Kind regards, Colin.
After yesterday's hassles I'm back on track this morning and have already enjoyed half an hours violin practice whilst also taking images of one of the A2 pages violin plans these covering tools I'll be needing so I'm happy to expand on this a bit.
I was taught blacksmithing way back in the sixties so hardening and tempering steel I'm familiar with but I wish I had access to a blacksmiths forge and tooling but I'll see how I get on with the kit I do have; making the knives I don't see a problem at all but heating the blades to cherry red could be challenging; I'll sort it out when I reach that point. I could buy knives but I like to make things from scratch and at first considered using gauge plate for the blades;
Gauge plate is readily available here in the UK but isn't cheap so I've bought new engineers files these hopefully arriving next Tuesday; once they do arrive I'll compare sizes against the master drawings; Ideally I'd like to visit Rufforth Auto Jumble near York next Saturday morning where I can buy aerospace quality files and other tooling at much reduced prices but our weather is now on the turn as winter approaches so fingers crossed the files once they arrive will be suitable. I'm well used to this kind of work but for novices here's another method and possibly cheapest of all; use flat springs from a car suspension for example but don't try to cut these using a hacksaw use an angle grinder roughing to size then the new blank will need heating to cherry red and allowed to cool down slowly; now the steel will be annealed making it easier to work with and to drill. I'll possibly have problems heating the steel to cherry red so here's a third cheap and easy option.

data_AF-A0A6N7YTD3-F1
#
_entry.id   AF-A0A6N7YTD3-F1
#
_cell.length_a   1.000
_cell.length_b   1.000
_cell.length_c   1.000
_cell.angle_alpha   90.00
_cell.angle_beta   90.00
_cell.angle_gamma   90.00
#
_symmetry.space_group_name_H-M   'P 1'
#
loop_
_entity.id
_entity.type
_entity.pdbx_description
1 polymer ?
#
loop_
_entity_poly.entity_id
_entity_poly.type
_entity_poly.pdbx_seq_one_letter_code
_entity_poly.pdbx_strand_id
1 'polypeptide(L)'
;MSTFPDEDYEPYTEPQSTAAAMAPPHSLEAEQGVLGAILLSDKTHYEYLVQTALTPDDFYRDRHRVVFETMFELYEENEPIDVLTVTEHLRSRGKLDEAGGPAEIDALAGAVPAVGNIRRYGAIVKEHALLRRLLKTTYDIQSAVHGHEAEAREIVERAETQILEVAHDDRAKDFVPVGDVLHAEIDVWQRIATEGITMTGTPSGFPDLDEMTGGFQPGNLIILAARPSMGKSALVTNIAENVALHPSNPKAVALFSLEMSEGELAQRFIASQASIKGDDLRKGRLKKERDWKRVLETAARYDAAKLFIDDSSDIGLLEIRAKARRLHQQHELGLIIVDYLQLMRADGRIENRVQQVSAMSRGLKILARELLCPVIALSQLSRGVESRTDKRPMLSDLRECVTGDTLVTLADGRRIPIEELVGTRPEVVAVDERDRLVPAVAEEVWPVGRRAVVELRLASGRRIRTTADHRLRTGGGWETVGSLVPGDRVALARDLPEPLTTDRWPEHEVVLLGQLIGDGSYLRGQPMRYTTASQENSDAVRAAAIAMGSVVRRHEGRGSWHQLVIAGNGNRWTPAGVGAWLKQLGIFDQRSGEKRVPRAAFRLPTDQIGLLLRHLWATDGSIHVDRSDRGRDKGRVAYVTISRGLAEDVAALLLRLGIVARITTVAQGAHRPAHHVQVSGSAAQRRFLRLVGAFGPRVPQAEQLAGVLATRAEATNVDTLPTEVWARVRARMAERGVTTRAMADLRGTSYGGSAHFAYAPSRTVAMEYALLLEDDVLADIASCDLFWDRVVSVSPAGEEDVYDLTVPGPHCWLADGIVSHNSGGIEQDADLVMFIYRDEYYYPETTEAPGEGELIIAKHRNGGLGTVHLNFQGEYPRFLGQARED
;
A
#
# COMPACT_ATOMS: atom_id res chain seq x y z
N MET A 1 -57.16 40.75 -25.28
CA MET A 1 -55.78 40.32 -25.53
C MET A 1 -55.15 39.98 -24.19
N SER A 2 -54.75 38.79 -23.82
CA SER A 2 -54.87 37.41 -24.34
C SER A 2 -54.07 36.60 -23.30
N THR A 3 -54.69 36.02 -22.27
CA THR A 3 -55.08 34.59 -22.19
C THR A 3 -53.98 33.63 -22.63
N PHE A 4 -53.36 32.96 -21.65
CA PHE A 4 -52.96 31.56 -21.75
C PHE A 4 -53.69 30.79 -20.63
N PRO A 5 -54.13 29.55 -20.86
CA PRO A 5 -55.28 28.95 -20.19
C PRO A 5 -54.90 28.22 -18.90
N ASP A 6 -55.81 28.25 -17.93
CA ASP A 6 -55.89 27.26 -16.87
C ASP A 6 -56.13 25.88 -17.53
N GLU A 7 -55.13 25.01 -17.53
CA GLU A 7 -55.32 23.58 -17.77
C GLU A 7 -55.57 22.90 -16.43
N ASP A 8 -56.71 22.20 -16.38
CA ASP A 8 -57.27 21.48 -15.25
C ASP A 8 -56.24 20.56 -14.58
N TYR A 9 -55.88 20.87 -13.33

The problem with this is it's so easy to overheat and destroy the hardness with either flat spring steel or files so a lot of time will be involved to do the job correctly; if heating to cherry red isn't a problem then hardening and tempering can be done when the new kife is fully shaped before fitting the handle.
These are camera copies showing the tools I intend to make following the book instructions; I'm at the moment picking out things I'll be needing rather than concentrating on actually making the violin; I enjoy these detours which always add a lot of pleasure to any of my projects and I end up with cheap tooling I can then use on other projects. I'm spending time today catching up with emails but I want to keep this thread up to date as much as possible covering each step in a lot of detail in my usual rambling style.
Kind regards, Colin.
Cool, Colin ! That's the way to do it. Great to have a "basic, reliable, toolset" - with which, the doors are largely open to develop your own, more specialist items from that! Nice.
I am reminded of the Nevil Shute novel "Trustee from the Toolroom" which I read back in the mid 60's. I've really forgotten most of the book's content (well, the more I think about it, the more comes back LOL) but the one sentence that sticks with me (and you probably know what it is ) - is "An engineer is someone who can do for 5 bob, which any bloody fool can do for a quid" [ If not exact, my recall must be pretty close - it has stuck with me since then !!!! ] My old man was an engineer in REME in WW2, and although he never read the book, his approach to doing things fits that description perfectly - I learned a lot from him !
Oh - I had better quit rambling-on. The "rambling" ( which it is NOT really, it is important detail, oft missed by many! ) you self-accuse yourself of, is, trust me, appreciated !!!!
All the best with the project !
I seriously recommend not copying my mistakes. D'oh -
Please make your own, different mistakes, and help us all learn :-)